Jim Thompson, secretary for the Board of Review, said the assessor’s office has informed the board of its plan but has yet to submit the necessary paperwork.

After it does so, “we need to individually look at each one of these,” Thompson said, adding that it would be “premature to say” whether the Certificates of Correction will be approved.

But Scott Smith, a spokesman for Kaegi, said board personnel “have indicated to us they will be sustaining the majority of these requests, if not all.”

In a typical year, the board handles no more than 30 to 40 such corrections, generally for clerical or other similar mistakes. Kaegi’s request for 1,136 corrections is another first.

By one estimate, the assessment reductions totaling $31,616,000 could save owners of the floodplain properties more than $7 million total in property taxes — an average of more than $6,000 per home — based on this year’s tax rates. Even with the assessment reductions, the homes have an average valuation exceeding $1 million.

Smith said the assessor started using floodplain data in July and has used it for every township reassessed since then “when applicable.” That includes Leyden, Wheeling, Palatine, Schaumburg, Niles and Hanover townships, although Smith noted floodplain data did not necessarily prove “significant or relevant” in determining final assessments for those communities.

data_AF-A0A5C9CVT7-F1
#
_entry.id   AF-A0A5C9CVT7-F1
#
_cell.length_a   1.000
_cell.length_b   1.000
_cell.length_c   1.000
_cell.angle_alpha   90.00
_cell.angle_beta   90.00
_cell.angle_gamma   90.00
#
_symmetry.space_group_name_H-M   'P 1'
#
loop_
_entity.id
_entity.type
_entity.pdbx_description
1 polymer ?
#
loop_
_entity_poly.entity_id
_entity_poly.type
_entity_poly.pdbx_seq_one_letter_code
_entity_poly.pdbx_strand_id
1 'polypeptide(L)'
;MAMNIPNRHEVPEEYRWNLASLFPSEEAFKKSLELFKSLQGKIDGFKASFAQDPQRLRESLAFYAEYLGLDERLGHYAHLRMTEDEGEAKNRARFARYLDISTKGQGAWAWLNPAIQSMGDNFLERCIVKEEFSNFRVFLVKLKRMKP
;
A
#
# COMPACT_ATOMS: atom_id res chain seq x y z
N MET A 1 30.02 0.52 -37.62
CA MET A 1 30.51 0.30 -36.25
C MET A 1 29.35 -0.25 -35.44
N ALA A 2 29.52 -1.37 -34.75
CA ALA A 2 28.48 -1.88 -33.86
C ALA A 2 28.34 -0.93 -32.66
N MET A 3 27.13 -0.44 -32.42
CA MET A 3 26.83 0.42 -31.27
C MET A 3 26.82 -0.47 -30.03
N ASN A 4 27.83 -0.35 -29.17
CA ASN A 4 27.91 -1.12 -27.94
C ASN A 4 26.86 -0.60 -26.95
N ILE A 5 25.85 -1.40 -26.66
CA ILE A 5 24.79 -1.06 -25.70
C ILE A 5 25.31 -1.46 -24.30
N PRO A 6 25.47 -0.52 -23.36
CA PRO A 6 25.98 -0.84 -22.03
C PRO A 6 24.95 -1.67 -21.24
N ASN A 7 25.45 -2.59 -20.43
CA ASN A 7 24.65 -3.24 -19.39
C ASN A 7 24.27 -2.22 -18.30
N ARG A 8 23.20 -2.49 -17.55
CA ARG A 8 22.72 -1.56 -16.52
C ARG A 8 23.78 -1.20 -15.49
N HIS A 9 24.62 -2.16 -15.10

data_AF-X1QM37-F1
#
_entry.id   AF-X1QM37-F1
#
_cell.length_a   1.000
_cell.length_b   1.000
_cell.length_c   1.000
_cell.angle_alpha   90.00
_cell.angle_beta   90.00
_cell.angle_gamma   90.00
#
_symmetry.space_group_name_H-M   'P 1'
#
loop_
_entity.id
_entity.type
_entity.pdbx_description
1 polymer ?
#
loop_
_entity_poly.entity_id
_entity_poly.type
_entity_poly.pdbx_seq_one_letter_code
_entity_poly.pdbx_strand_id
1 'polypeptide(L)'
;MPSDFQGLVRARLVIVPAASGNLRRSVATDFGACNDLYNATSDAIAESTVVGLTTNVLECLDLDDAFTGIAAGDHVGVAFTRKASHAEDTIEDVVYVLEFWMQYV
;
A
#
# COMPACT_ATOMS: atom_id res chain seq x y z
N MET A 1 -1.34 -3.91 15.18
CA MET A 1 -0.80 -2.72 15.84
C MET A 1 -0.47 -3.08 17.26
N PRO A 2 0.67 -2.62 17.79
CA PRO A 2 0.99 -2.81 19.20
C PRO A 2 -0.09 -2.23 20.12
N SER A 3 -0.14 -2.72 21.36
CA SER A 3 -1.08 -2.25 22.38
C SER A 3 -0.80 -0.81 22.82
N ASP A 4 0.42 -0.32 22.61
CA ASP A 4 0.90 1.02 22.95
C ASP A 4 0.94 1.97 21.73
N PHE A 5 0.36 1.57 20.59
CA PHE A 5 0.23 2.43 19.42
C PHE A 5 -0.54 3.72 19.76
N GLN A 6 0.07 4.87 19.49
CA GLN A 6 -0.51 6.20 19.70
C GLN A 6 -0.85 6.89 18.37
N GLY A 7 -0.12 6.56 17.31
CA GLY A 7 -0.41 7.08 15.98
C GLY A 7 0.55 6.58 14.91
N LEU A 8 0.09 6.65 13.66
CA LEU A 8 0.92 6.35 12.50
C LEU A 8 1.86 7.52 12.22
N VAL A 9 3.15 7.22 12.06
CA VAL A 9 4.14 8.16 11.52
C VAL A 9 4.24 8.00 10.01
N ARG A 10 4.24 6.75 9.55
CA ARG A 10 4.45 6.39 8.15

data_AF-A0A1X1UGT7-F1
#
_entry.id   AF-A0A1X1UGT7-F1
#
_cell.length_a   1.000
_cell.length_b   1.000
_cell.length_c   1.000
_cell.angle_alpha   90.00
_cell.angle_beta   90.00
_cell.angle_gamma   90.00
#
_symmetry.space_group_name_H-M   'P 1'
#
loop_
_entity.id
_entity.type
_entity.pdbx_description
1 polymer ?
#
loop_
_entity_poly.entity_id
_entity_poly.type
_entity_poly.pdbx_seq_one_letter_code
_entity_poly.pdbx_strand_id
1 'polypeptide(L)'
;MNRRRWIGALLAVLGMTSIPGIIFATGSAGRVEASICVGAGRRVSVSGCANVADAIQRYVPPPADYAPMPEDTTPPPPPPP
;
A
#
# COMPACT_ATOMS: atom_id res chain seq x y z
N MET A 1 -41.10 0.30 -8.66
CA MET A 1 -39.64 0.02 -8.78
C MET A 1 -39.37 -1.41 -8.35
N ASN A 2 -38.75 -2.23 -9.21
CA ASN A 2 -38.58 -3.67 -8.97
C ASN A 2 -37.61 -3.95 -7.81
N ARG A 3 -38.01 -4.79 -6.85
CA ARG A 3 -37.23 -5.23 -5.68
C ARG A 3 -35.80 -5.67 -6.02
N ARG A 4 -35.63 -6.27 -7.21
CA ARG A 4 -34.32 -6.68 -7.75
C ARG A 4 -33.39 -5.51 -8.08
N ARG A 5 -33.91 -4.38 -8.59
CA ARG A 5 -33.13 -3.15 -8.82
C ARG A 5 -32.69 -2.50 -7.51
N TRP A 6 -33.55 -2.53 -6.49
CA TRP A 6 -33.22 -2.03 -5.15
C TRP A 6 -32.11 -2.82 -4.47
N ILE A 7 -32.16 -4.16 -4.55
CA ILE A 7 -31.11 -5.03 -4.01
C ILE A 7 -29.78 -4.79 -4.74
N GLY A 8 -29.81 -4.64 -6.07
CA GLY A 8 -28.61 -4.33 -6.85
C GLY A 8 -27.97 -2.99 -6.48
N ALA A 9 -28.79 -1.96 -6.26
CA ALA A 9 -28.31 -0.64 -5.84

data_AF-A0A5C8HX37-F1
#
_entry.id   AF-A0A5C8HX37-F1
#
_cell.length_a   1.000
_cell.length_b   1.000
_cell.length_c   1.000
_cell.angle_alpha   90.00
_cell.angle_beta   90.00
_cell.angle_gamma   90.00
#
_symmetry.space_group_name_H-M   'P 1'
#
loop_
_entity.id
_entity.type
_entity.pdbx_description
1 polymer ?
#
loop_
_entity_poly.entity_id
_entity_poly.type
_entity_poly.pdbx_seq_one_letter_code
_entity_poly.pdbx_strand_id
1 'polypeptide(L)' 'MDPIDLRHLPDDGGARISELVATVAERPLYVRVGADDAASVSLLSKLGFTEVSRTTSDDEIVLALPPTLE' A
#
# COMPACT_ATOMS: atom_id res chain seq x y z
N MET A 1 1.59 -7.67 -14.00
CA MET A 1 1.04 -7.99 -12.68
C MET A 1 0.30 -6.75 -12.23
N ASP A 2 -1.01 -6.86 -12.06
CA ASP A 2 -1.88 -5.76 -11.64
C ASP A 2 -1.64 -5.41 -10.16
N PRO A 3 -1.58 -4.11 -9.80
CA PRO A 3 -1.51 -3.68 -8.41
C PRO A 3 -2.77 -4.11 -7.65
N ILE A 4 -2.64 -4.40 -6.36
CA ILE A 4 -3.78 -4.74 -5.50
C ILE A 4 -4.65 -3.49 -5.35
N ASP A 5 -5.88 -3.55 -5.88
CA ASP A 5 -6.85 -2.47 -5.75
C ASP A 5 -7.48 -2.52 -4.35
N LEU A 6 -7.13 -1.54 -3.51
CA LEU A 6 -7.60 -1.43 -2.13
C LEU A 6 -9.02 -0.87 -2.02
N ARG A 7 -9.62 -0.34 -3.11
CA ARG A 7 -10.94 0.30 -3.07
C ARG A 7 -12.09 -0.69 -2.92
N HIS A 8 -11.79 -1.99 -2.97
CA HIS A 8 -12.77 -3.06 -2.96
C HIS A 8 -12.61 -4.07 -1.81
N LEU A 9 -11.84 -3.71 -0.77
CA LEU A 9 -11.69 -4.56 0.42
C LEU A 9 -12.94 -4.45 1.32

The assessor had already completed his work in reassessing Elk Grove, Maine, Northfield, Barrington, Norwood Park and Evanston townships before taking into account floodplains.

Norwood Park and Evanston do not have a significant number of floodplain properties, Smith said, but the office is now “reviewing relevant data” to see if floodplains affect the assessments and whether additional remedial steps are necessary — as in New Trier.

Smith assured me that by next year, when the south portion of the county is reassessed, the assessor expects to have computer modeling that takes into account floodplains in all affected areas.

I’m honestly having a little trouble understanding what makes the New Trier floodplain properties so special, or why the assessor moved so hastily to help the homeowners there but not the others.

Actually, I’m puzzled by the whole business. It seems akin to giving special consideration to Lake Shore Drive condo owners on the basis of the noise and pollution from the vehicle traffic without noticing the lake, beaches, park and bike path beyond.

People who live on Lake Shore Drive — or in Winnetka — are sophisticated enough to choose their homes knowing both the risks and the upside, and that should have been accounted for in the sales prices on which the assessor originally relied to set valuations for the area.

A spot check of the homes due to receive floodplain reductions reveals some head-scratching results.

A seven-bedroom, eight-bathroom home on Locust Road in Winnetka was purchased in 2017 for $3,550,000. Just a few months ago, the assessor set its fair market value at $3.7 million, but after adjusting for the floodplain, he now says it’s only worth $2.4 million. Somehow I doubt the owner would sell it for that.

Then there’s the “completely renovated, expanded and enhanced” 8-bedroom, 12-bathroom manse on Woodley Road currently listed for sale at $2,975,000. The assessor had it valued at $2.7 million, but after factoring in the floodplain, he now places its value at just $1.7 million.

There are many similar examples.

It’s a bad look for Kaegi, who was elected on a reform platform of making property tax assessments fair to regular people.

Maybe he should slow this down a step and regroup.